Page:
The Hare & Hound Run
The first I heard of the Hare & Hound Run was in Robert Genat’s book, “The Birth of Hot Rodding.” It sounded like a typical old timer story jammed pack with idealism and a lack of respect for authority that could only happen during a time when authority wasn’t all that important – the 1930’s and 40’s. It wasn’t until later, when Wally Parks told me a similar story, that I realized that the Hare & Hound Run wasn’t just a story in a book. These things really happened… Hot Rodders were hoodlums.
The premise was simple. A “hare” would drive a course in the host club’s neighborhood. At the center of each intersection or turn, he would stick a small stake flag into the ground. The hare would then stick a similar flag two or three hundred feet from the turn to mark direction. Once the course was completely marked, he would then re-drive the entire course at legal speed limits and record his time. This time would become the benchmark.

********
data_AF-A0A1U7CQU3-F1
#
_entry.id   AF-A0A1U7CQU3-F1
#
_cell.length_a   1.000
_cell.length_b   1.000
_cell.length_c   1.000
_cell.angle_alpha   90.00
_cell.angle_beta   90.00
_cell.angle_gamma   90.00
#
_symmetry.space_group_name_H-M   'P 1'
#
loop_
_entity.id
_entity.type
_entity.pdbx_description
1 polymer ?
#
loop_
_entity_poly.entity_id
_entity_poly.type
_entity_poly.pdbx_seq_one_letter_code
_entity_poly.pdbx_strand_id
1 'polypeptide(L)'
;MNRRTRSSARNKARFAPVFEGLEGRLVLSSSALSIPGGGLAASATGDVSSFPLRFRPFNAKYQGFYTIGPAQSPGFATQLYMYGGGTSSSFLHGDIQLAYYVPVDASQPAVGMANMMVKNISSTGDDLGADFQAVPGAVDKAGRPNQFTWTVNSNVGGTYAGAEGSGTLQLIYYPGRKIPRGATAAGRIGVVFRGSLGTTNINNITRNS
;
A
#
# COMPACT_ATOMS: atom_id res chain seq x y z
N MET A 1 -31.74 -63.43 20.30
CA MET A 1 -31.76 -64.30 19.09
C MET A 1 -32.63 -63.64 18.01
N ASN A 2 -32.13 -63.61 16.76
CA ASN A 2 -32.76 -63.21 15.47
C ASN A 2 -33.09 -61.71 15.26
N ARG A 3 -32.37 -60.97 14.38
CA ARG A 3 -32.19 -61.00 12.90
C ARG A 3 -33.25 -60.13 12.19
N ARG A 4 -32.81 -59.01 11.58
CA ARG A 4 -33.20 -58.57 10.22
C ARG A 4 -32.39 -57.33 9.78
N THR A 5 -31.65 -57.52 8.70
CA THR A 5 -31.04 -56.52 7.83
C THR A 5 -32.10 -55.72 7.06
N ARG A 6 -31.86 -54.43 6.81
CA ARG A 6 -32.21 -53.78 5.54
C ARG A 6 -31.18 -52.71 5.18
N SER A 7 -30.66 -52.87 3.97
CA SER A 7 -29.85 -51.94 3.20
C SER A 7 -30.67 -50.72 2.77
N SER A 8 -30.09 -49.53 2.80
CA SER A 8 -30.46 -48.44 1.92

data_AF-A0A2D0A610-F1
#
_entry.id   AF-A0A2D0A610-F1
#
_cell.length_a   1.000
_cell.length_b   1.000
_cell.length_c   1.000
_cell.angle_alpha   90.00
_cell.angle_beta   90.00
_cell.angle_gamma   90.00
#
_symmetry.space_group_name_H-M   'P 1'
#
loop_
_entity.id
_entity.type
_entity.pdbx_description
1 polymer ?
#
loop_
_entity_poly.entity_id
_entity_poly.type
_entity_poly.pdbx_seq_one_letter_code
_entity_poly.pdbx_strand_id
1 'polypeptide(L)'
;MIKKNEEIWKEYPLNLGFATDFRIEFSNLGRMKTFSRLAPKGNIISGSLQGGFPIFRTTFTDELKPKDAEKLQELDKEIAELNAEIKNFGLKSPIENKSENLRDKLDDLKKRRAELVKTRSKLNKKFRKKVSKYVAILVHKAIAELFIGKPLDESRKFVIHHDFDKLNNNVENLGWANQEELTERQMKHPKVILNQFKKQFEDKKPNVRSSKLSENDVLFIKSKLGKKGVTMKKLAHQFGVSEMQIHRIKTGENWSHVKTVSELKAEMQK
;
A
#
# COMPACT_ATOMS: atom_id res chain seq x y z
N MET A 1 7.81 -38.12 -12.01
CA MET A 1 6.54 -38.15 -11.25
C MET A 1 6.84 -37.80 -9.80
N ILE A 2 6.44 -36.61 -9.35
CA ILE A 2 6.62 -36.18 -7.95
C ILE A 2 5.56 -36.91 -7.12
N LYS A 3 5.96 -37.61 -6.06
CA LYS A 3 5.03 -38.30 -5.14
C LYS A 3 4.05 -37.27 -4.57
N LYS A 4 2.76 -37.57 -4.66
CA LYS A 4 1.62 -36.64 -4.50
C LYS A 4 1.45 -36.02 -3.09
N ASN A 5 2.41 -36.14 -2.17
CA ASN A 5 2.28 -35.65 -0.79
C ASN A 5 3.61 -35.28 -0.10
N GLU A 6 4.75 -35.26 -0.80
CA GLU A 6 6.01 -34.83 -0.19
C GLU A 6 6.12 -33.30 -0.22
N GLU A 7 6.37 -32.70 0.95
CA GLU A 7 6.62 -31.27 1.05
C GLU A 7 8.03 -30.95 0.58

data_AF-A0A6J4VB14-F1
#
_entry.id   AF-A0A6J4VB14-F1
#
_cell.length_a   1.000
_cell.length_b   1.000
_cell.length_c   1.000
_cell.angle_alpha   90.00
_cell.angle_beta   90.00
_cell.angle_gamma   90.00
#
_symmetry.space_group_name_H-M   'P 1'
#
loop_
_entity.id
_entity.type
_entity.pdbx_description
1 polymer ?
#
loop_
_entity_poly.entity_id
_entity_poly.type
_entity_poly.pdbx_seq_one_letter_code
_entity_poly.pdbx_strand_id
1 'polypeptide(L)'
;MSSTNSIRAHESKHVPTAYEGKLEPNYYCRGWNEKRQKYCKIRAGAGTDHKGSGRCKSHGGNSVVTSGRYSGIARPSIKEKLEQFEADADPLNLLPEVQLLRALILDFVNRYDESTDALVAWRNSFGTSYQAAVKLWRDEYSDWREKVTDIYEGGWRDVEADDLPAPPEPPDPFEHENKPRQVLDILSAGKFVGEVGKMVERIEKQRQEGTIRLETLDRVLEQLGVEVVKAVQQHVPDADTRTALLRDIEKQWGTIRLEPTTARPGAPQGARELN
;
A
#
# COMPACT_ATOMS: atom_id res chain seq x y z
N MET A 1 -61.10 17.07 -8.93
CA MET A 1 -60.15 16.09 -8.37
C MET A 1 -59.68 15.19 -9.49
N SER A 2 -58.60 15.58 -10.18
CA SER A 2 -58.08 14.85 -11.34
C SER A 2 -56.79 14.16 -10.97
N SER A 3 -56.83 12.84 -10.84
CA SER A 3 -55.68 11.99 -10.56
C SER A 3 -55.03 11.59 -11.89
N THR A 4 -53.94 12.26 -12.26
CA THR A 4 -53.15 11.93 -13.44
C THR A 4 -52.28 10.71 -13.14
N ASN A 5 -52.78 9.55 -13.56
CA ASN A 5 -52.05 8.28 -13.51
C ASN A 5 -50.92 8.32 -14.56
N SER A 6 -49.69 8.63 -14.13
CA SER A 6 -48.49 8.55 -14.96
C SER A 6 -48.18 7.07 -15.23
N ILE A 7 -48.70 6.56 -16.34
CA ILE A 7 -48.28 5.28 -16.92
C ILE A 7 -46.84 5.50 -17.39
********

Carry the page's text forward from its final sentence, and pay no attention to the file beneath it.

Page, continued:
The “hounds” were usually a local hot rod club. Their goal was to complete the course as close as possible to the benchmark time. They gathered at the start of the course and were released in two minute intervals. As they approached side streets and intersections, the driver’s navigator (according to Genat, these were usually girlfriends, wives, or buddies) would search for indicator flags. If one was spotted, the navigator would call it out and the driver would take a guess at which direction to turn. If a guy turned left and didn’t see another indicator flag within a few hundred feet, he knew he guessed wrong and proceeded to crank the wheel hard and dump the clutch in order to perform a tire screeching 180. Of course, now the driver has lost time and needs to make up for it if he wants to come close to that benchmark. Speed.
In Genat’s book, he mentioned that the run usually ended at a park where the club would enjoy a picnic and maybe a few beers as a reward for finishing the course. In Park’s version, those that made it through the course in one piece and were still free from Johnny Law usually hid their cars for a few weeks or more. It’s an interesting difference considering the influence Wally had in the “clean up” of the hotrodding. In either case, you can’t deny that these folks were straight up hoodlums and knew how to have some good old fashioned fun.